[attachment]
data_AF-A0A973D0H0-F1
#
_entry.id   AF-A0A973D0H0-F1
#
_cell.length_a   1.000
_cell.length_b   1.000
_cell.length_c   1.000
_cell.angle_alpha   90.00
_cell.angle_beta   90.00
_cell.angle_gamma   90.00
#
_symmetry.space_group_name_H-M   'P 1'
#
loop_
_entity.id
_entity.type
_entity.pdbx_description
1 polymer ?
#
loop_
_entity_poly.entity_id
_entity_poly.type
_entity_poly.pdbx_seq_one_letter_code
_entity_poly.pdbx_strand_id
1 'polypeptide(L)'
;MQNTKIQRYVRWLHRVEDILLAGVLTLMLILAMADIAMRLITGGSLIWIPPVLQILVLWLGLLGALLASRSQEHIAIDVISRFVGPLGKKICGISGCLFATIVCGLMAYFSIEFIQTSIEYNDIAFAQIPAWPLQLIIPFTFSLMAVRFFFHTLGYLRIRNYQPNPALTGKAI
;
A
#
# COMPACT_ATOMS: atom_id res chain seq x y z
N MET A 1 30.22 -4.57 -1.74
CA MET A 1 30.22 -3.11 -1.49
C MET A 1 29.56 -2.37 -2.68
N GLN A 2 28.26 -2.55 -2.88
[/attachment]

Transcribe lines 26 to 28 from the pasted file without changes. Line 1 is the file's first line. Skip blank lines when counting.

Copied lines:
;MQNTKIQRYVRWLHRVEDILLAGVLTLMLILAMADIAMRLITGGSLIWIPPVLQILVLWLGLLGALLASRSQEHIAIDVISRFVGPLGKKICGISGCLFATIVCGLMAYFSIEFIQTSIEYNDIAFAQIPAWPLQLIIPFTFSLMAVRFFFHTLGYLRIRNYQPNPALTGKAI
;
A